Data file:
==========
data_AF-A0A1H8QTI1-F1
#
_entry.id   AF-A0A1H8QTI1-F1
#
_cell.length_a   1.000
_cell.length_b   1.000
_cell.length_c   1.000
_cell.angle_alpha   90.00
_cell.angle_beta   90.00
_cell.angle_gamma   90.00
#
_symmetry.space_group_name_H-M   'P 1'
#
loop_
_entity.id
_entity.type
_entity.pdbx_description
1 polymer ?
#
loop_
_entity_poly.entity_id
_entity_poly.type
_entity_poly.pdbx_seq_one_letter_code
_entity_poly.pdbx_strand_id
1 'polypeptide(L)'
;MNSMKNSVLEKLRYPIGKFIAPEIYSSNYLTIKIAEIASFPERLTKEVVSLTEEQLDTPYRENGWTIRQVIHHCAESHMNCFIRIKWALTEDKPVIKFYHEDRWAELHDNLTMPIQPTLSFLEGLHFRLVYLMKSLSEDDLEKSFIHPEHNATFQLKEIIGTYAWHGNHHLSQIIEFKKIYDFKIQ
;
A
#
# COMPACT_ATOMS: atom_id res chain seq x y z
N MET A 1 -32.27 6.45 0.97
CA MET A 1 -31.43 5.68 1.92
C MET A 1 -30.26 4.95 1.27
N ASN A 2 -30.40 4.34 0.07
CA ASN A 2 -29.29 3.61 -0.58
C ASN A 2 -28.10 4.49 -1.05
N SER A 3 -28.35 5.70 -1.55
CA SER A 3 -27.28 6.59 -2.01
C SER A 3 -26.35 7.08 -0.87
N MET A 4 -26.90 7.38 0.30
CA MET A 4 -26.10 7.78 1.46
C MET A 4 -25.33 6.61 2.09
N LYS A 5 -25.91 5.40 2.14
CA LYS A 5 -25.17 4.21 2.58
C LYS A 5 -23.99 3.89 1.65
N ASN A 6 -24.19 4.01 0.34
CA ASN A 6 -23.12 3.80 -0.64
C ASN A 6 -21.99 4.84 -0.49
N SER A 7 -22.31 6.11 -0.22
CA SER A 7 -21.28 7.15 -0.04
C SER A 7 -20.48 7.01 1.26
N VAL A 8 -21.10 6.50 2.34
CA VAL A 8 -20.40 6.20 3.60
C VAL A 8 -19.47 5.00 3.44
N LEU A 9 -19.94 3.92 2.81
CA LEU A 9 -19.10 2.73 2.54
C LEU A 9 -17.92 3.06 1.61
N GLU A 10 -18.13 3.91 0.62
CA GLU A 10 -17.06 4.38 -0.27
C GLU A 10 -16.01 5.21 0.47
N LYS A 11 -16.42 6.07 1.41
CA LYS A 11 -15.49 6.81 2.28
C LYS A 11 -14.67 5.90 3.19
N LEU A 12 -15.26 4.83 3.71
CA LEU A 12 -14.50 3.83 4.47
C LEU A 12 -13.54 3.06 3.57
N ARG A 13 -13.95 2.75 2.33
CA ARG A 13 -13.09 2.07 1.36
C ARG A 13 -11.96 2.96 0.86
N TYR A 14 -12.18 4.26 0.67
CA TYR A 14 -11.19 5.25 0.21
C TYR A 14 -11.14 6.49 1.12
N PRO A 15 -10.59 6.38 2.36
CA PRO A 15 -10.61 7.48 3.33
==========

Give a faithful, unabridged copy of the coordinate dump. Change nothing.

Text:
data_AF-A0A1H8QTI1-F1
#
_entry.id   AF-A0A1H8QTI1-F1
#
_cell.length_a   1.000
_cell.length_b   1.000
_cell.length_c   1.000
_cell.angle_alpha   90.00
_cell.angle_beta   90.00
_cell.angle_gamma   90.00
#
_symmetry.space_group_name_H-M   'P 1'
#
loop_
_entity.id
_entity.type
_entity.pdbx_description
1 polymer ?
#
loop_
_entity_poly.entity_id
_entity_poly.type
_entity_poly.pdbx_seq_one_letter_code
_entity_poly.pdbx_strand_id
1 'polypeptide(L)'
;MNSMKNSVLEKLRYPIGKFIAPEIYSSNYLTIKIAEIASFPERLTKEVVSLTEEQLDTPYRENGWTIRQVIHHCAESHMNCFIRIKWALTEDKPVIKFYHEDRWAELHDNLTMPIQPTLSFLEGLHFRLVYLMKSLSEDDLEKSFIHPEHNATFQLKEIIGTYAWHGNHHLSQIIEFKKIYDFKIQ
;
A
#
# COMPACT_ATOMS: atom_id res chain seq x y z
N MET A 1 -32.27 6.45 0.97
CA MET A 1 -31.43 5.68 1.92
C MET A 1 -30.26 4.95 1.27
N ASN A 2 -30.40 4.34 0.07
CA ASN A 2 -29.29 3.61 -0.58
C ASN A 2 -28.10 4.49 -1.05
N SER A 3 -28.35 5.70 -1.55
CA SER A 3 -27.28 6.59 -2.01
C SER A 3 -26.35 7.08 -0.87
N MET A 4 -26.90 7.38 0.30
CA MET A 4 -26.10 7.78 1.46
C MET A 4 -25.33 6.61 2.09
N LYS A 5 -25.91 5.40 2.14
CA LYS A 5 -25.17 4.21 2.58
C LYS A 5 -23.99 3.89 1.65
N ASN A 6 -24.19 4.01 0.34
CA ASN A 6 -23.12 3.80 -0.64
C ASN A 6 -21.99 4.84 -0.49
N SER A 7 -22.31 6.11 -0.22
CA SER A 7 -21.28 7.15 -0.04
C SER A 7 -20.48 7.01 1.26
N VAL A 8 -21.10 6.50 2.34
CA VAL A 8 -20.40 6.20 3.60
C VAL A 8 -19.47 5.00 3.44
N LEU A 9 -19.94 3.92 2.81
CA LEU A 9 -19.10 2.73 2.54
C LEU A 9 -17.92 3.06 1.61
N GLU A 10 -18.13 3.91 0.62
CA GLU A 10 -17.06 4.38 -0.27
C GLU A 10 -16.01 5.21 0.47
N LYS A 11 -16.42 6.07 1.41
CA LYS A 11 -15.49 6.81 2.28
C LYS A 11 -14.67 5.90 3.19
N LEU A 12 -15.26 4.83 3.71
CA LEU A 12 -14.50 3.83 4.47
C LEU A 12 -13.54 3.06 3.57
N ARG A 13 -13.95 2.75 2.33
CA ARG A 13 -13.09 2.07 1.36
C ARG A 13 -11.96 2.96 0.86
N TYR A 14 -12.18 4.26 0.67
CA TYR A 14 -11.19 5.25 0.21
C TYR A 14 -11.14 6.49 1.12
N PRO A 15 -10.59 6.38 2.36
CA PRO A 15 -10.61 7.48 3.33